The Board of Supervisors passed the so-called bike-yield law on Tuesday 6-5. The mayor has previously said he would veto that law. (Special to S.F. Examiner/Natasha Dangond)

Supes approve rolling bicycle stop law but mayor to veto

San Francisco’s proposal to allow bicycles to roll through stop signs without fear of being ticketed was approved Tuesday ­­— but without a veto­-proof majority.

And Mayor Ed Lee plans to live up to his promise to veto the legislation.

“The mayor believes this endangers pedestrians and other cyclists and he said he will veto it in the interest of public safety,” mayoral spokeswoman Christine Falvey said after the Board of Supervisors approved the legislation in a 6­-5 vote.

It takes eight votes to override a mayoral veto.

Supervisor John Avalos, who introduced the legislation, voted in support, along with supervisors Jane Kim, Scott Wiener, Eric Mar, David Campos and London Breed.

Voting in opposition to the law were supervisors Aaron Peskin, Malia Cohen, Mark Farrell, Katy Tang and Norman Yee.

Avalos said it would promote bicycle riding and ensure that police officers focus on the most dangerous streets and behavior, not on “bicyclists who cautiously roll through stop signs.” He added, “Ticketing for biking cautiously through a stop sign is $200. For many people, that’s the difference between making their monthly rent or not.”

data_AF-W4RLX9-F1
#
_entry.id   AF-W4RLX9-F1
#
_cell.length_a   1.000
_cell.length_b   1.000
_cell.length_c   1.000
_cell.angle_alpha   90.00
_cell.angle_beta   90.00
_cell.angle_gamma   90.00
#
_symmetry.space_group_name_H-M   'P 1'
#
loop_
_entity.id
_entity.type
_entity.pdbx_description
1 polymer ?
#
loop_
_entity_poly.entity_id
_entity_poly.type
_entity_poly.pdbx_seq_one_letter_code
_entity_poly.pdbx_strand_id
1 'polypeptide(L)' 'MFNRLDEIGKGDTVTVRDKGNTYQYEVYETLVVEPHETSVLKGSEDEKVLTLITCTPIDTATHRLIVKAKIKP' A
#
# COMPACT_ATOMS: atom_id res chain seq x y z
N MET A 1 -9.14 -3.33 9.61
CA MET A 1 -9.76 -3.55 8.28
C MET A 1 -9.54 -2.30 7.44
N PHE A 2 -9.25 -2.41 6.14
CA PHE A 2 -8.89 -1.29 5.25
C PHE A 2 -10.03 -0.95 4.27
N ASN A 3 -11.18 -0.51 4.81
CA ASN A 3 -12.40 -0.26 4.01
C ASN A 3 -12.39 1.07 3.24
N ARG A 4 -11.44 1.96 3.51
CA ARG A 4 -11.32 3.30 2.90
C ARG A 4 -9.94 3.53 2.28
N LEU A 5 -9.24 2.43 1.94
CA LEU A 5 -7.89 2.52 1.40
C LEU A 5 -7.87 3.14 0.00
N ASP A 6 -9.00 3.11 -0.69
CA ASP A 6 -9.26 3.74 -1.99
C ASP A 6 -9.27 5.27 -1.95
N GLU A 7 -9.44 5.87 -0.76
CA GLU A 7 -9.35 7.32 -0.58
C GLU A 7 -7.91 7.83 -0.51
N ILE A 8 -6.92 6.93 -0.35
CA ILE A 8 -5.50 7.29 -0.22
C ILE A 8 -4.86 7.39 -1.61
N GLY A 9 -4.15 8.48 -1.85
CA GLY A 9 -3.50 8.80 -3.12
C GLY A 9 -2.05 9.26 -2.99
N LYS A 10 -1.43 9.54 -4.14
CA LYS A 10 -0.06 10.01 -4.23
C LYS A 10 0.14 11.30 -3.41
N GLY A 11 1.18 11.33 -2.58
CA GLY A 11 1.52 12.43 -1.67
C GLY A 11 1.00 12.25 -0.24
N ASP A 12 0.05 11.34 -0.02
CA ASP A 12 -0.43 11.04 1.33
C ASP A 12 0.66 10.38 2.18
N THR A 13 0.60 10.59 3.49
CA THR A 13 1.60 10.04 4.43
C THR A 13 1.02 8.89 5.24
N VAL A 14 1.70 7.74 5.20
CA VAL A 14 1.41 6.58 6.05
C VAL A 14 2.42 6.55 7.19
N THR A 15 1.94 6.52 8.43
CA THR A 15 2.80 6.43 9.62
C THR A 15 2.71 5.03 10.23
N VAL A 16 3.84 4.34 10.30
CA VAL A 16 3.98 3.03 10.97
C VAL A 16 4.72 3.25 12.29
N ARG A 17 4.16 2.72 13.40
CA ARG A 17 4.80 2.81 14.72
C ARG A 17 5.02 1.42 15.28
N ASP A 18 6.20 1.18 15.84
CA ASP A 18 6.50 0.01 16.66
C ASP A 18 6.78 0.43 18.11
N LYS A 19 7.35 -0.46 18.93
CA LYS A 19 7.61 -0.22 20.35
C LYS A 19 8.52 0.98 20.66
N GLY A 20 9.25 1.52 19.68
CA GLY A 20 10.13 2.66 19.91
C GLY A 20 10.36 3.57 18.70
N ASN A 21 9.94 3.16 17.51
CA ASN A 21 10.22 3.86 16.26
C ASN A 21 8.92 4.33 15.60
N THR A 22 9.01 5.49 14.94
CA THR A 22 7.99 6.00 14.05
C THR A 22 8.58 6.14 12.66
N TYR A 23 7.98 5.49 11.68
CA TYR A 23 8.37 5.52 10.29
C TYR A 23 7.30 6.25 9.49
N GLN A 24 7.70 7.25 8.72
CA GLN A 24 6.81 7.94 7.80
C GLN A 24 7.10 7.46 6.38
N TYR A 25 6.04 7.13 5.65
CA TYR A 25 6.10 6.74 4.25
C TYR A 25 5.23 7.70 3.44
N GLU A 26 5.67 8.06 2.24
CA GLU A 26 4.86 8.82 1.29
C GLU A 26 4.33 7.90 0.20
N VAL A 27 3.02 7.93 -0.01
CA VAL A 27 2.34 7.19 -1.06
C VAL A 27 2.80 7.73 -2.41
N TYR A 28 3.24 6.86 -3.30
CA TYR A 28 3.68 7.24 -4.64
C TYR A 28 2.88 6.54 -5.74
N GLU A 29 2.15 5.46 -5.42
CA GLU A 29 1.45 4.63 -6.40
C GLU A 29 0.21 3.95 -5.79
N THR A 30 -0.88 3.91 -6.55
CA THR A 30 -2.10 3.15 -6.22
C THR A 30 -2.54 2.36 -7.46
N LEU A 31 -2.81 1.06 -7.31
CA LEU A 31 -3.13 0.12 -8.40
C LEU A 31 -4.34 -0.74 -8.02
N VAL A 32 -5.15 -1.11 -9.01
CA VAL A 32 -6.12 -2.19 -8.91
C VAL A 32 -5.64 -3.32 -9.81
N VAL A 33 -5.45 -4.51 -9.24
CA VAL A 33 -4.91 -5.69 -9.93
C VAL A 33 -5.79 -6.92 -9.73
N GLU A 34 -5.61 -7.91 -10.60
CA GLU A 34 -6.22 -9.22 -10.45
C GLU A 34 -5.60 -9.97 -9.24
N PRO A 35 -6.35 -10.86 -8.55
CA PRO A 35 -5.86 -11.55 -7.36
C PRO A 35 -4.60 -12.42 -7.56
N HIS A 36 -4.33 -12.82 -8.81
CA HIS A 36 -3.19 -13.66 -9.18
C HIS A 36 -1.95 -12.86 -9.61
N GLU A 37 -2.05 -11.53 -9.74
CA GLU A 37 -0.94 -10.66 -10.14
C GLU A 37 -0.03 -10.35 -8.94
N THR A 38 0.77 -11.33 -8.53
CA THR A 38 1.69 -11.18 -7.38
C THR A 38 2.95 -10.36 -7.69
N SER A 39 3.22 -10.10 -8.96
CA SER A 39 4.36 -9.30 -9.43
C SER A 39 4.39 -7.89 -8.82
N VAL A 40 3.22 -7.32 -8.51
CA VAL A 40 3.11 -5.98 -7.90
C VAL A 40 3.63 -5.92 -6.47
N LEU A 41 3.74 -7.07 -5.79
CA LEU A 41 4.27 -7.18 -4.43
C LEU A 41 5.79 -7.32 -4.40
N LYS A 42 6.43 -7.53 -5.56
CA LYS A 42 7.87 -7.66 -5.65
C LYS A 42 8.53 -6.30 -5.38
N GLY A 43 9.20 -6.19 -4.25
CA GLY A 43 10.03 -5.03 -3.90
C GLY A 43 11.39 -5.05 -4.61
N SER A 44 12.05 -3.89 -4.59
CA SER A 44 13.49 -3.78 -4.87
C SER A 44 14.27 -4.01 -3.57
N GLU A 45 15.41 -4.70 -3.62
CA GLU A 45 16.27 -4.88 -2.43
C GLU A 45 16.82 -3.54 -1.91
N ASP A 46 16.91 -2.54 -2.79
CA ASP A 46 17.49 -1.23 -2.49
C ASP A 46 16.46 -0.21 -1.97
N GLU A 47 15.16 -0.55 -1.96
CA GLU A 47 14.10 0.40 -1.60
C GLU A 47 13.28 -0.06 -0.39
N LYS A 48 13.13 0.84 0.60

Wiener, who supports rolling stops said, “We have far better uses for our scarce law enforcement resources.”

Farrell said that San Francisco’s roads are currently the “craziest” he’s ever seen. “I don’t believe changing the rules of our road at this point in time is the appropriate response.” Farrell said, adding that different rules for bicyclists “just doesn’t make sense to me.”

The proposal, modeled after a similar law in Idaho, was introduced following a August crackdown of police on the popular Wiggle route along the Panhandle and drew strong support from the San Francisco Bicycle Coalition.

The legislation would officially make citing bicyclists for not coming to complete stops at stop signs the lowest enforcement priority. Bicyclists would have to slow to a safe speed of under 6 miles per hour and yield the right­-of­-way to any other vehicle or pedestrian in the intersection.

A second board vote will be taken on the legislation next month. The mayor would then have 10 days to veto it.

bicyclingBoard of SupervisorsCity HalldisabilityEd LeeJohn AvalosMalia CohenpedestrianSan FranciscoScott WienertrafficTransit

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